3. No part of this Blog may be reproduced or utilized in any form or by any means, electronic or mechanical including photocopying or by any information storage and retrieval system, without permission in writing from the Blog Author Vikram Karve who holds the copyright.
Copyright © Vikram Karve 2013 all rights reserved

© vikram karve., all rights reserved.
 


12 Unique Characteristics of a Military Career in the Armed Forces (Army Navy or Air Force):


1. HOLISTIC ORIENTATION

2. LIFETIME EMPLOYMENT

3. REGIMENTATION 

4. TOUGH DANGEROUS CHALLENGING WORK

5. MODERATE COMPENSATION PACKAGE

6. MODEST CAREER PROSPECTS

7. NON-SPECIALISED CAREER PATH 

8. CONFORMIST ORGANISATIONAL CULTURE

9. RIGID RANK BASED HIERARCHICAL STRUCTURE 

10. INFLEXIBLE HR POLICIES

11. UNSTABLE FAMILY LIFE

12. EARLY RETIREMENT AGE


If you planning to join the defence services (army navy or air force) then you must ask yourself whether you have the right attitude to match all these attributes?

In future blog posts in this career guidance series, I shall elaborate on each one of these attributes in detail.

Click the links below to read further:








I will be writing further on this topic of a career in the defence services

VIKRAM KARVE
Copyright © Vikram Karve 
Vikram Karve has asserted his right under the Copyright, Designs and Patents Act 1988 to be identified as the author of this work. 
© vikram karve., all rights reserved. 

Copyright Notice:
No part of this Blog may be reproduced or utilized in any form or by any means, electronic or mechanical including photocopying or by any information storage and retrieval system, without permission in writing from the Blog Author Vikram Karve who holds the copyright.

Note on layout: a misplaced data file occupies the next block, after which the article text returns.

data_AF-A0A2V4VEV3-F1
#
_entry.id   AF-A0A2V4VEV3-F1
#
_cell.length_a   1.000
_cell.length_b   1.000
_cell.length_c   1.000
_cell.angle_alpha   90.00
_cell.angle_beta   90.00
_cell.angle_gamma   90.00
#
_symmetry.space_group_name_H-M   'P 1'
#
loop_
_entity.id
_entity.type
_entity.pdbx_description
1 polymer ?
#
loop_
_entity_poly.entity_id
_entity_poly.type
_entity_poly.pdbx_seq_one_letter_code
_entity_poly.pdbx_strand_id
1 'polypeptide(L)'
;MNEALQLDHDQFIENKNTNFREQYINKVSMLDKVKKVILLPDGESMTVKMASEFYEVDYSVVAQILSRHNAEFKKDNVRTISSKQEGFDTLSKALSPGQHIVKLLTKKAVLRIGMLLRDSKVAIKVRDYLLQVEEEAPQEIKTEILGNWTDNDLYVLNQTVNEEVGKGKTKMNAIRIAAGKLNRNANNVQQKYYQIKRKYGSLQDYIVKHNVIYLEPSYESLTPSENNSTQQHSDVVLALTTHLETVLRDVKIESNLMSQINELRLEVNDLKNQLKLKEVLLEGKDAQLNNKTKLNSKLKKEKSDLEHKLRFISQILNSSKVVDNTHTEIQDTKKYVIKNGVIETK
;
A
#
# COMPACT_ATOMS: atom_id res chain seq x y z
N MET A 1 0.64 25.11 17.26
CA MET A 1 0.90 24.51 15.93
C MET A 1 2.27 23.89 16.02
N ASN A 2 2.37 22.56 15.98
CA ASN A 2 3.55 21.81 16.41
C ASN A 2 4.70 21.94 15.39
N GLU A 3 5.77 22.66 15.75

Copyright © Vikram Karve (All Rights Reserved)
     
© vikram karve., all rights reserved.
 

Friday, April 18, 2014

MAHARSHI KARVE - His Life Story

MAHARSHI KARVE
His Life Story in His Own Words

LOOKING BACK By DK KARVE (1936)

The Autobiography of Bharat Ratna Dhondo Keshav Karve

(Book Review by Vikram Waman Karve)

Today 18 April 2014 is the 156th Birth Anniversary of Bharat Ratna Maharshi Dhondo Keshav Karve (18.04.1858 - 09.11.1962).

I felt that, on this occasion, it would be apt to tell you about his life and work as written by him in his autobiography titled LOOKING BACK published in 1936.

Dear Reader, you must be wondering why I am reviewing an autobiography written in 1936.

Well, sometime back, for six years of my life, I stayed in a magnificent building called Empress Court on 
Maharshi Karve Road at Churchgate in Mumbai.

I share the same surname ( Karve ) as the author.

Also, I happen to be the great grandson of Maharshi Dhondo Keshav Karve. 

But, beyond that, compared to him I am a nobody – not even a pygmy.
 
Maharshi Karve clearly knew his goal, persisted ceaselessly throughout his life with missionary zeal and transformed the destiny of the Indian Woman.